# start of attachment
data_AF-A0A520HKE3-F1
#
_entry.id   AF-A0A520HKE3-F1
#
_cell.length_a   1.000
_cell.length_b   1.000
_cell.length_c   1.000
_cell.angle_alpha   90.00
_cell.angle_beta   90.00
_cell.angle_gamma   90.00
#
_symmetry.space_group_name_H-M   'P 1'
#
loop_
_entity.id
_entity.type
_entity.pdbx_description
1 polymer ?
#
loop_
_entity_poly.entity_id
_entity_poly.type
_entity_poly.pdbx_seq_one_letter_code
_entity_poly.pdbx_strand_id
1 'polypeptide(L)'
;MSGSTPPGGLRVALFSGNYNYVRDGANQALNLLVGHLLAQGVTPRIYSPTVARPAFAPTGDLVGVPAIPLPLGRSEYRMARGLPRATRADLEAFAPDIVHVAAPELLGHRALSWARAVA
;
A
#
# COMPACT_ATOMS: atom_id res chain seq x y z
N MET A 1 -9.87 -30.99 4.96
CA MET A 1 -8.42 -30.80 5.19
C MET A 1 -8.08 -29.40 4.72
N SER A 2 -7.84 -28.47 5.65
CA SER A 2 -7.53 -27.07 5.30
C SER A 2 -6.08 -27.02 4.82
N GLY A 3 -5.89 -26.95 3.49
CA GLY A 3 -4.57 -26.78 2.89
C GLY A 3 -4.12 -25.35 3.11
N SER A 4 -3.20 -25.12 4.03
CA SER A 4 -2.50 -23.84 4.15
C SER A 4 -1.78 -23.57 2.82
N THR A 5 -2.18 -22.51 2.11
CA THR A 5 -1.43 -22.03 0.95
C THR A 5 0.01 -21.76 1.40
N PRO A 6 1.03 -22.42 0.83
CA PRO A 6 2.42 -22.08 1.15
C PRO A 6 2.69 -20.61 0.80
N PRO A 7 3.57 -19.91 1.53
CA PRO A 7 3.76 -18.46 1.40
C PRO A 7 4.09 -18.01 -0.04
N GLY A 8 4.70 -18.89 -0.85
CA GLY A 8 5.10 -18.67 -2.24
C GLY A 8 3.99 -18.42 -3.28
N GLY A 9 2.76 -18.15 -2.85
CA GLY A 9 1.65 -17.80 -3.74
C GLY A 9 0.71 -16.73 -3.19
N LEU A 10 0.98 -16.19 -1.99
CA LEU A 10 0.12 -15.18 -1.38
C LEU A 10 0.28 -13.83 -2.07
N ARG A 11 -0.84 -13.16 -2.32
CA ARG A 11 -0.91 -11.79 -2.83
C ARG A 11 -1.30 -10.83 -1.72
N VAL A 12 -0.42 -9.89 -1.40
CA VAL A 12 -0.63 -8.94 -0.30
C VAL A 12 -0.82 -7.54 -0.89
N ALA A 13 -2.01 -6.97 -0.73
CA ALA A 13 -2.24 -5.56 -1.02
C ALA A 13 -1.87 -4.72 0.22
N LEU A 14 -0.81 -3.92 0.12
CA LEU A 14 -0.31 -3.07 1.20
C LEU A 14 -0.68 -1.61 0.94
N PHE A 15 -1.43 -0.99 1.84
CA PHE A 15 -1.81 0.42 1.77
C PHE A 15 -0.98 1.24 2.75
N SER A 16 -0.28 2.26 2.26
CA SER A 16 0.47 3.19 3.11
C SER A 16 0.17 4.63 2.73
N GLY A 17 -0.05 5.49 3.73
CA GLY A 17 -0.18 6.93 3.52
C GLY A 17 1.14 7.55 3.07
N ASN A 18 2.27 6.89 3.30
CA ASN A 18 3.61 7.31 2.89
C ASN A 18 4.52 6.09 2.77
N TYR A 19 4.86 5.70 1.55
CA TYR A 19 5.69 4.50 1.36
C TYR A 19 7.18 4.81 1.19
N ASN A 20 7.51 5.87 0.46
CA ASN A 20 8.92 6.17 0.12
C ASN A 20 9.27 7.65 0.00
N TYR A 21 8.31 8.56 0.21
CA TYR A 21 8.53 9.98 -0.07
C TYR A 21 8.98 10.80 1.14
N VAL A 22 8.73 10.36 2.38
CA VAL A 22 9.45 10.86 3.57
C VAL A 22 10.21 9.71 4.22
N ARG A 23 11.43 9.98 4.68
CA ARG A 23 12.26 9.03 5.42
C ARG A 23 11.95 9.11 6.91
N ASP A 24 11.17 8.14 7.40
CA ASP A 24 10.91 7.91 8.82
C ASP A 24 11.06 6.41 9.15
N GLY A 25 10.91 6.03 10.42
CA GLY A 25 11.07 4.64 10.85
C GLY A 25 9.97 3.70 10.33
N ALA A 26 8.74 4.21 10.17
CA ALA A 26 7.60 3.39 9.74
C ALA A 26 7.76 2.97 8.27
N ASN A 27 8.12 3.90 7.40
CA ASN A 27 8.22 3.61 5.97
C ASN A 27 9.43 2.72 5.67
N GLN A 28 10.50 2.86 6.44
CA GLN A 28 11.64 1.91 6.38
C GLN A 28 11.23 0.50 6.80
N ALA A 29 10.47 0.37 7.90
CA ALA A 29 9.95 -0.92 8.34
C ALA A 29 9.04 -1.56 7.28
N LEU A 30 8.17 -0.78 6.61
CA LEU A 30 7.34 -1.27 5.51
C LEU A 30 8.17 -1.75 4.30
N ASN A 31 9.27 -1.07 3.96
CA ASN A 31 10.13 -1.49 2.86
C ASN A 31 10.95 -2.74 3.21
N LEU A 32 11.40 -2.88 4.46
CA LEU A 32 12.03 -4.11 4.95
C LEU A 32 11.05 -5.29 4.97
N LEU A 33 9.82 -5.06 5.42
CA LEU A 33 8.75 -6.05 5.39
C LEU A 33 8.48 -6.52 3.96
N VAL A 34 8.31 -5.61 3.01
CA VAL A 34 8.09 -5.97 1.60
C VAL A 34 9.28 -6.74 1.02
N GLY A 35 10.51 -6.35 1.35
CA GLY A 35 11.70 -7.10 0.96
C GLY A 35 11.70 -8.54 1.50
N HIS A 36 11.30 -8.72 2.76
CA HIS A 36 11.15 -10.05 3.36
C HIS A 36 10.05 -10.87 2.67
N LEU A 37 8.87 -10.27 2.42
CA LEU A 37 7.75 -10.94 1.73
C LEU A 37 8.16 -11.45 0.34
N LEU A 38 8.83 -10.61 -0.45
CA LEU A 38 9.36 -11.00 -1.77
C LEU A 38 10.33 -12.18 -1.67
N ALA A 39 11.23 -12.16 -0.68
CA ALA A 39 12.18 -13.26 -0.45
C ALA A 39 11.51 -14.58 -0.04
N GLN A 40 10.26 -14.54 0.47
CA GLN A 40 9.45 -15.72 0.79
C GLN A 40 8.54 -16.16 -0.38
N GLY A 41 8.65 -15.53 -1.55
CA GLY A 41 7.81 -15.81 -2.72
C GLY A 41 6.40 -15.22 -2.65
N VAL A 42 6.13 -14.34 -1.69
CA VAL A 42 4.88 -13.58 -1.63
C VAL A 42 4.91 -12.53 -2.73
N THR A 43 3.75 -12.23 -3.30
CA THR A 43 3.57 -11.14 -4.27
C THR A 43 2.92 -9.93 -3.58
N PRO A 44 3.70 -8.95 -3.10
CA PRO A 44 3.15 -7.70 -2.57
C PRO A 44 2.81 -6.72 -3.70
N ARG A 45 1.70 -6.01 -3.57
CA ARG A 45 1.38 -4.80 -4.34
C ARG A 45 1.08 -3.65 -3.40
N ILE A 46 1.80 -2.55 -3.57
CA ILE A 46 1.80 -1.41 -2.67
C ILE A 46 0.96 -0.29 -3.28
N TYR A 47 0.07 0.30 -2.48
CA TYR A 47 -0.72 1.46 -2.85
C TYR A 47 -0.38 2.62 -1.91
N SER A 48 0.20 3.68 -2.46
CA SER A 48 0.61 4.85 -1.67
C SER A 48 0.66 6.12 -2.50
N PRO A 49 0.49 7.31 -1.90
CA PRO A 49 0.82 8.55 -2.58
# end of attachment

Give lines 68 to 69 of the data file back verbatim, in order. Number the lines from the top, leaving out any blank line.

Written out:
CA ALA A 13 -2.24 -5.56 -1.02
C ALA A 13 -1.87 -4.72 0.22